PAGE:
Confronting the Dreaded “Real World”
How can you make sure your student is ready for life beyond college?
Posted Sep 20, 2019
When college-age young adults and their parents think about what success in college means, they typically think about GPAs, resumes, job experiences and extracurriculars. But this perspective avoids other critical tools that young adults must have if they want to live independently—including while they are abroad, during an internship in a new city, or in their first full-time job after college.
Child psychologist Dr. Lisa Dissinger and her son Peter, a recent college grad, recently sat down to reflect on these tools. Together, Peter and his mother have described three different sets of skills that prove to be essential to surviving college and functioning on your own.1.
1. Financial Literacy
Dr. Dissinger: At 8 years old, I brought Peter to the bank to open a savings account, just like my father had done for me as a little girl. From that moment on, I tried to teach Peter about money - whether it was encouraging him to find odd jobs or giving him money as an allowance for completing chores.
Going to college, Peter had to pay for his books out of his own bank account. The message to Peter has always been “you are capable to make your own money, to save money, and to pay for what you want and need”.
Peter: You’d be surprised to learn that a lot of students’ finances are strictly controlled by their parents. Many have never paid their own bills, held a credit card in their name or even managed a checking account. Even more students are unfamiliar with the tax process or learning how to budget.
I learned in college that being financially savvy and becoming familiar with credit (and how to build credit) went a long way to eliminating my anxiety about living on my own and being financially self-sufficient.
Dr. Dissinger: Since kids have so little power growing up, my message to Peter was you have control over what goes in your body and out of your body. I wanted him to have a sense of control as a young child and choosing what food he ate was a powerful tool. As he got older, Peter started to get interested in trying other foods and actually helping me cook. This was a perfect transition to building his “cooking” literacy and ability to take care of his needs in the kitchen as a young adult.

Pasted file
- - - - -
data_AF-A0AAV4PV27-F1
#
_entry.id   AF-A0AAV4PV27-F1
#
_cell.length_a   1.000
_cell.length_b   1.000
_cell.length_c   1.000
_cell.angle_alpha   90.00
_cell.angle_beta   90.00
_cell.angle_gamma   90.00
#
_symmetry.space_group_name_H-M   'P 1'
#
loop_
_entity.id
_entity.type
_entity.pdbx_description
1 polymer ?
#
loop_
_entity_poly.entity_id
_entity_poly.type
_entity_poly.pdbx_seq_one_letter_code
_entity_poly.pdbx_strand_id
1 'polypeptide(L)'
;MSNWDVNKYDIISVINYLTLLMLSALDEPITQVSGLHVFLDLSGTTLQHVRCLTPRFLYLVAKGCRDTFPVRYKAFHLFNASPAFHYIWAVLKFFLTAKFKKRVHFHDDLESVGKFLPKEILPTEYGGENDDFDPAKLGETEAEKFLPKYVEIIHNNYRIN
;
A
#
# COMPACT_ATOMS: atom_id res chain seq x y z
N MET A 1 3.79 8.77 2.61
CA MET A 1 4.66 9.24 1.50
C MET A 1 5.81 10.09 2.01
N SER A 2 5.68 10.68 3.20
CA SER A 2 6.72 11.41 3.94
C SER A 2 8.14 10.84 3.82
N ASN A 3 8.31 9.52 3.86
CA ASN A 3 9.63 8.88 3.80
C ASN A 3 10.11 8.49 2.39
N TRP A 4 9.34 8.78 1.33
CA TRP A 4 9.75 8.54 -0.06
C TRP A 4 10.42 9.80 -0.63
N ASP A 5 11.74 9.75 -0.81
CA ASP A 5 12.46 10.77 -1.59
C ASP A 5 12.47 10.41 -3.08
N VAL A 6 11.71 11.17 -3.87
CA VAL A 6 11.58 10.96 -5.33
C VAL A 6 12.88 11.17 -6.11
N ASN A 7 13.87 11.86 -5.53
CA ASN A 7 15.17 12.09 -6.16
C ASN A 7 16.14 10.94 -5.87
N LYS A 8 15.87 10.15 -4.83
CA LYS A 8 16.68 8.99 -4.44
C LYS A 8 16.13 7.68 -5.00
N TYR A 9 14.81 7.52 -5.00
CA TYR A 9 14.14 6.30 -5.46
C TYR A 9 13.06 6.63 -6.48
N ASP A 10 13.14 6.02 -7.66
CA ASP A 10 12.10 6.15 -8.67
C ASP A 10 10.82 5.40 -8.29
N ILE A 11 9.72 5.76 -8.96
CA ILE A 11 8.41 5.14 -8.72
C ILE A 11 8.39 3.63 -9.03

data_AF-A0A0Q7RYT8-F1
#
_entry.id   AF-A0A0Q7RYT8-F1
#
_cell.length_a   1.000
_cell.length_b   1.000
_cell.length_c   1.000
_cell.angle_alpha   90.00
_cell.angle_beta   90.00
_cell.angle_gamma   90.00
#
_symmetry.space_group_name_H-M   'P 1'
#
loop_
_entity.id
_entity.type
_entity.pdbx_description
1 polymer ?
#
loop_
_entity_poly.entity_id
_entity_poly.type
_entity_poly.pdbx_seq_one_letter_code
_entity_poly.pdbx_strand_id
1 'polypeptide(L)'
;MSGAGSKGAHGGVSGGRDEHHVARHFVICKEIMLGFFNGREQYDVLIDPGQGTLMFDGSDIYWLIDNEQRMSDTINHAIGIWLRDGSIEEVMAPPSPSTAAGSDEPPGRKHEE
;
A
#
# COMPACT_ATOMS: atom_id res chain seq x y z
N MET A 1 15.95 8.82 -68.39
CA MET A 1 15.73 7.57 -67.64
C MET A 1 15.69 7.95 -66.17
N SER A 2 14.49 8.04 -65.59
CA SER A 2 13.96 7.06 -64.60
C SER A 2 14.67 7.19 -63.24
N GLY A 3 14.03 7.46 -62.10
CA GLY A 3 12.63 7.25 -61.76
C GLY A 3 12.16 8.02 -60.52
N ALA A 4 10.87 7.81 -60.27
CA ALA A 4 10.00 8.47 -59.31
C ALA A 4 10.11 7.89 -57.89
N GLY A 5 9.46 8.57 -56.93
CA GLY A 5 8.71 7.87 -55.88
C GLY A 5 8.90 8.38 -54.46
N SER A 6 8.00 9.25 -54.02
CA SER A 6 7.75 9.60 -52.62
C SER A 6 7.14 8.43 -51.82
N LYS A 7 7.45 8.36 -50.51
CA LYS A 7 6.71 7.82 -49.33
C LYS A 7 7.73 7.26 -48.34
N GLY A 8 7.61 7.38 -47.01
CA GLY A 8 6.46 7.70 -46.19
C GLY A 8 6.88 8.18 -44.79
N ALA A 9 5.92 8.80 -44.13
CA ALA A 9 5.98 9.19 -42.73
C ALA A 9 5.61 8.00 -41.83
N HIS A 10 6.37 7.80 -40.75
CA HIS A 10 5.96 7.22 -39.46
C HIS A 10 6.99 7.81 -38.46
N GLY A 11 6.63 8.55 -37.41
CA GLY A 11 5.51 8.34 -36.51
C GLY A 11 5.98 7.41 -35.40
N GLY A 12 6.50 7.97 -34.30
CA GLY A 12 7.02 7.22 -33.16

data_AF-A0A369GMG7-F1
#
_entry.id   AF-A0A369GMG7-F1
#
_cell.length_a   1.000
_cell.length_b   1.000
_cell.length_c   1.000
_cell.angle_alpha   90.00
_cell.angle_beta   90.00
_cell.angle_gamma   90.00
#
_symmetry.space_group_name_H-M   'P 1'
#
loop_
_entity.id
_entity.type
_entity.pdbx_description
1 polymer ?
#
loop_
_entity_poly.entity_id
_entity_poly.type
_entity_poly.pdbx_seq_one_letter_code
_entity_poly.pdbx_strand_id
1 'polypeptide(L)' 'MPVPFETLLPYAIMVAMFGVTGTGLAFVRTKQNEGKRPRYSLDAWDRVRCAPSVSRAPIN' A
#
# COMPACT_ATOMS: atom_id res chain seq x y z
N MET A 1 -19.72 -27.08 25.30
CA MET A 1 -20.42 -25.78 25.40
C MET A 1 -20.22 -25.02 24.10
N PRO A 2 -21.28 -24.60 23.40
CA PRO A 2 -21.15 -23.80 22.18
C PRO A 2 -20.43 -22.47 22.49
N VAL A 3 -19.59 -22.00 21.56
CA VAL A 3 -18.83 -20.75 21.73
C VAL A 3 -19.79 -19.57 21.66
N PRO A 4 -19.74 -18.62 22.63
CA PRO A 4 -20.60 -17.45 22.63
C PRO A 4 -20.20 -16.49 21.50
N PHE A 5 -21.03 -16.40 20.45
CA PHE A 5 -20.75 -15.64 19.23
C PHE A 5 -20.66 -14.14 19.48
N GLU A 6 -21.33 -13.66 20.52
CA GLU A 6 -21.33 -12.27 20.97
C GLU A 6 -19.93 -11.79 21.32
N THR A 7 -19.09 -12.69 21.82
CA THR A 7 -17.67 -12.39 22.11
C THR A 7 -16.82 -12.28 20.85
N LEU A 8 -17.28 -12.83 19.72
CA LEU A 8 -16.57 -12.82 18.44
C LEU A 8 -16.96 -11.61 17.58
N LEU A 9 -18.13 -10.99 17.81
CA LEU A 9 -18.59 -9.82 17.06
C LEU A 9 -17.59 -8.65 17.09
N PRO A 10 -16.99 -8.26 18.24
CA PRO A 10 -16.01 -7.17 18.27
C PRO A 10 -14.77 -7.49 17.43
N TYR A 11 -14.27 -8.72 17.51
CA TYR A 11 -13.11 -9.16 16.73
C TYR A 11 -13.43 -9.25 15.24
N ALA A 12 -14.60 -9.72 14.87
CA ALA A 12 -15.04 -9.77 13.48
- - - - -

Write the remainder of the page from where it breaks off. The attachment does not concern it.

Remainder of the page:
Peter: I learned how to cook when I was twelve years old. By watching my parents and the Food Network, I taught myself a variety of basic recipes and cooking techniques, such that I became a competent cook by the end of my senior year of high school. My parents always made sure to let me experiment in the kitchen, which allowed me to get a few of those nightmare moments (burnt scrambled eggs, anyone?) out of my system and feel more comfortable in the kitchen.
Though I was mostly dependent on cafeterias in college, I had a kitchen while I was abroad in London and in my senior year apartment. While many of my friends chose to continue eating out during those times, I was able to save money and enjoy healthy meals without the stress of finding a cafeteria meal or restaurant I was in the mood for.
Better yet, food is a uniting activity for friends! In my senior year of college, I hosted regular dinners for friends and even a few full-blown dinner parties. Your child will not only be everyone’s favorite friend, but also ready for the real-world of adulting ahead.
Dr. Dissinger: With regards to cleaning, my message has always been clear with Peter; there is no choice about taking care of your things. The only choice is how are you going to do that. I used the “team” metaphor. I will work with you to help you clean up or make your bed, or you can do it all by yourself.
Guess which choice he made? As a young adult, I continued to expect that Peter is responsible for his possessions and getting his room clean. The thing I had to learn as a parent was how to give him time (when he came home) to take care of his mess, and not expect it to be done on my timeline.
Peter: This is where I lose most of my friends from college - I always kept a clean room and did laundry on a regular basis. Though it may not seem like an essential skill, leaving dirty clothes in your room for three weeks can get pretty gross! I won’t even share the horror stories I heard about my friends’ freshman dorms.
I felt a lot more in control of my life at college because I kept a regular cleaning routine of my bedroom and common areas. In addition, when you rent an apartment, you’re responsible for the cleaning bill at the end of the lease. So, if all other arguments fail, cleaning up after yourself will save you a few hundred dollars a year (and some gross smells) when all is said and done.